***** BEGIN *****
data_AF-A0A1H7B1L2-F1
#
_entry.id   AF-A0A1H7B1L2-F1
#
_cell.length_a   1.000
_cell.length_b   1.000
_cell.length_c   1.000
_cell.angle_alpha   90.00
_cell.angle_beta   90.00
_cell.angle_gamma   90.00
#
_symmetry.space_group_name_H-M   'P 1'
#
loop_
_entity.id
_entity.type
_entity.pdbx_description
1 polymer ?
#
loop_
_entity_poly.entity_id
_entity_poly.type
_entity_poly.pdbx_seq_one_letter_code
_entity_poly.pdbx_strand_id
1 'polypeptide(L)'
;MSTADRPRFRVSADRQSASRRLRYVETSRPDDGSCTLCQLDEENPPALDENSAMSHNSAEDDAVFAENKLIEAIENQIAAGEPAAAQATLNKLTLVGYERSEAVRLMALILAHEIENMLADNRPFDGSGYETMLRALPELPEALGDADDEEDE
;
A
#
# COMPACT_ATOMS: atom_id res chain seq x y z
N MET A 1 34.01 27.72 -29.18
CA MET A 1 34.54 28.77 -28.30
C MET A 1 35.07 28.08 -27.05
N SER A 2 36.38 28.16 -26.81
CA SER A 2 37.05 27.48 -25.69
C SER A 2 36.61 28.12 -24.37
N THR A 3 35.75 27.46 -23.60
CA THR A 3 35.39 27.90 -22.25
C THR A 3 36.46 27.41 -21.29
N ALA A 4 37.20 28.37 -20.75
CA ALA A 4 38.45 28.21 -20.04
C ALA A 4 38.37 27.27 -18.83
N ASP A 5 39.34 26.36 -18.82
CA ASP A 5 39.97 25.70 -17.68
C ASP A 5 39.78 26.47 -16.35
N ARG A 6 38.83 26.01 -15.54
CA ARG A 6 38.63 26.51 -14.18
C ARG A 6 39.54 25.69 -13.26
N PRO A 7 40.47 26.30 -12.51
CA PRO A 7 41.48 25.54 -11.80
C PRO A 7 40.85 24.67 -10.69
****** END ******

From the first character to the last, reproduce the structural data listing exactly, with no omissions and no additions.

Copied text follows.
data_AF-A0A1H7B1L2-F1
#
_entry.id   AF-A0A1H7B1L2-F1
#
_cell.length_a   1.000
_cell.length_b   1.000
_cell.length_c   1.000
_cell.angle_alpha   90.00
_cell.angle_beta   90.00
_cell.angle_gamma   90.00
#
_symmetry.space_group_name_H-M   'P 1'
#
loop_
_entity.id
_entity.type
_entity.pdbx_description
1 polymer ?
#
loop_
_entity_poly.entity_id
_entity_poly.type
_entity_poly.pdbx_seq_one_letter_code
_entity_poly.pdbx_strand_id
1 'polypeptide(L)'
;MSTADRPRFRVSADRQSASRRLRYVETSRPDDGSCTLCQLDEENPPALDENSAMSHNSAEDDAVFAENKLIEAIENQIAAGEPAAAQATLNKLTLVGYERSEAVRLMALILAHEIENMLADNRPFDGSGYETMLRALPELPEALGDADDEEDE
;
A
#
# COMPACT_ATOMS: atom_id res chain seq x y z
N MET A 1 34.01 27.72 -29.18
CA MET A 1 34.54 28.77 -28.30
C MET A 1 35.07 28.08 -27.05
N SER A 2 36.38 28.16 -26.81
CA SER A 2 37.05 27.48 -25.69
C SER A 2 36.61 28.12 -24.37
N THR A 3 35.75 27.46 -23.60
CA THR A 3 35.39 27.90 -22.25
C THR A 3 36.46 27.41 -21.29
N ALA A 4 37.20 28.37 -20.75
CA ALA A 4 38.45 28.21 -20.04
C ALA A 4 38.37 27.27 -18.83
N ASP A 5 39.34 26.36 -18.82
CA ASP A 5 39.97 25.70 -17.68
C ASP A 5 39.78 26.47 -16.35
N ARG A 6 38.83 26.01 -15.54
CA ARG A 6 38.63 26.51 -14.18
C ARG A 6 39.54 25.69 -13.26
N PRO A 7 40.47 26.30 -12.51
CA PRO A 7 41.48 25.54 -11.80
C PRO A 7 40.85 24.67 -10.69